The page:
Reebok dropped rapper Rick Ross as a spokesperson last week following major backlash over lyrics in his song "U.O.E.N.O." that appear to encourage rape. The rapper issued a half-hearted apology via Twitter for his lyrics "Put molly all in her champagne, she ain't even know it. I took her home and enjoyed it, she ain't even know it," claiming that he in no ways condones rape. (Since then, Ross has released an official apology.) Not surprisingly, many felt it was too little, too late, and the clear promotion of using a date rape drug to have sex with an unconscious woman is not only inappropriate, but reprehensible.
Misogyny, rape, and violence against women are topics that are often explored in music, particularly in the rap and hip-hop genres. Recent attention surrounding the "rape culture" that exists in American society, however, brings lyrics such as these under a scrutiny that most musicians were not confronted with in the past. While any suggestion of misogyny can have a negative impact on listeners, and women as a whole, we need to figure out where we draw the line between entertainment and the clear promotion of rape and violence against women.
Of course, the idea of misogyny as a form of entertainment is a sad one. Misogyny is unfortunately a way of life in the U.S. that, fortunately, many people— women especially — are working to combat. Nonetheless, it is easy to create a double standard when putting male rapper's lyrics under scrutiny; not only have plenty of "female empowering" songs suggested the idea of using men as sexual play things, but film is rampant with scenes of misogyny and violence. Specifically targeting music, and rap, may be unfair.
Rape in film is excused because it is seen as acting, and it may be a necessary component to the story. Yet people often forget that rappers are also actors and performers when they take to the stage. Their rap personas, perhaps, are more closely linked to themselves as celebrities and individuals in the eyes of fans, however, and thus are held more accountable.
For example, over 2,000 Harvard students signed a petition to disinvite rapper Tyga to headline the annual Yardfest on campus, which took place this past weekend. With songs such as "Bitches Ain't Sh-t," Bitch Betta Have My Money" and "Ready to F-ck," Tyga was considered a poor, and offensive, choice by petitioners. Though Tyga's performance was moved to a later time in order to accommodate more students at dinner who did not approve of Tyga's lyrics, he still performed as planned.
Upon reviewing Tyga's lyrics, the ones nearest to condoning rape are found in "B-tch Betta Have My Money," when he raps "Shut the f-ck up and jump on this d-ck." Certainly misogynistic and at least verbally violent, it's hard to say whether on not the song encourages rape. In defense of the rapper, critic Tom Breihan of Stereogum claims, "As far as misogyny goes, Tyga is not the remotest bit out of the rap mainstream. Young rappers like Kendrick Lamar who treat women as actual human beings in their lyrics are the exception rather than the rule, and even those guys throw around the word 'bitch' like it's their job … To chase him off campus is to stand against popular rap music as it exists in 2013."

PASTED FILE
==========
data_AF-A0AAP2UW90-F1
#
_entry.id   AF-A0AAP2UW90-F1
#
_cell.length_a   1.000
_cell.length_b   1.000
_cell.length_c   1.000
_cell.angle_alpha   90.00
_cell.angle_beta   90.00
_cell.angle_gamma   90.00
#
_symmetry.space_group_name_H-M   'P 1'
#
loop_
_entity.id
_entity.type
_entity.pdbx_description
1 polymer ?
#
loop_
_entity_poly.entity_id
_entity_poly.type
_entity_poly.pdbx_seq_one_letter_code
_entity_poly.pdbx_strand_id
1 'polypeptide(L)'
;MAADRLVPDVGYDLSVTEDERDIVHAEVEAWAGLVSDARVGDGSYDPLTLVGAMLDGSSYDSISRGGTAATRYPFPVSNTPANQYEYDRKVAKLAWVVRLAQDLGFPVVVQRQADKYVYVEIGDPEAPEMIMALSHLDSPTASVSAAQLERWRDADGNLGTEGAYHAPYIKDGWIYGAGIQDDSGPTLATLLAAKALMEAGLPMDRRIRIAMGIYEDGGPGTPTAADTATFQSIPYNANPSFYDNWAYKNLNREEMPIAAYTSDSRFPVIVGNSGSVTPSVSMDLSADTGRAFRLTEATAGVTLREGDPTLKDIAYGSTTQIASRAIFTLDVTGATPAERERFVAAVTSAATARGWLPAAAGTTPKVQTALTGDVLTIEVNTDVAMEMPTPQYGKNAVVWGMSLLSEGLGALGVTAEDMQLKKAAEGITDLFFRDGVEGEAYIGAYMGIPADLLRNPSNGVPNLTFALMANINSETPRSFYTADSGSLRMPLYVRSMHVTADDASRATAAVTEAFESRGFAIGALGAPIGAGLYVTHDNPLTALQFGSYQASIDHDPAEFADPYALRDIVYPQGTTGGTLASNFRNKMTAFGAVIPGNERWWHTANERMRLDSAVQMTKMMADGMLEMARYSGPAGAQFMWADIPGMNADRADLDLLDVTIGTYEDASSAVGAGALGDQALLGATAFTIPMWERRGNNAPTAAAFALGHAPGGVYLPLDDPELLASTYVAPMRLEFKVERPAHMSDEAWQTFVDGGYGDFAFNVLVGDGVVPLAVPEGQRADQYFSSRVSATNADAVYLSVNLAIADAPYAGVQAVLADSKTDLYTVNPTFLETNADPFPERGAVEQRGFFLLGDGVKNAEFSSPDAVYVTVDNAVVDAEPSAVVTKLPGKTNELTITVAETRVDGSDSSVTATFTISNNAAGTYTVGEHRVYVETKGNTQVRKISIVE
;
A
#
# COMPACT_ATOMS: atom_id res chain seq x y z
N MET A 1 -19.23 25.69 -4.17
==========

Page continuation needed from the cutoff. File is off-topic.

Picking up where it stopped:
So it may be the case of the chicken and the egg — did our society make rap this way, or did rap create the rape culture? The latter seems a bit extreme, although specific songs very clearly promote it. The elimination of misogyny and violence, including rape, from music would certainly be a good thing; listeners are impressionable and are also likely to take the mention of something to mean the encouragement of it — and if it's coming from their favorite rapper, that can undoubtedly be harmful as far as the way they view violence against women. But monitoring rap lyrics, no matter their content, can soon turn into an infringement of freedom of speech.
Therefore, the best way to combat the endorsement of rape culture is music is to start with the lyrics, such as those in "U.O.E.N.O.," that explicitly promote it. Companies, radio stations, and distributors must come together to create a policy on what they will not be willing to play, and what will be considered unacceptable from a spokesperson.
If a well-outlined policy is in place that clearly states what is inappropriate (as in, any lyrics that obviously portray violence against women as a positive thing), it will not only help to discourage harmful lyrics, but it will also allow musicians to have a clear understanding of what is obviously harmful, no matter if the lyrics were written with a seemingly harmless intent. We can't monitor everything that is said and done, and we shouldn't. But endorsing rape should never be tolerated.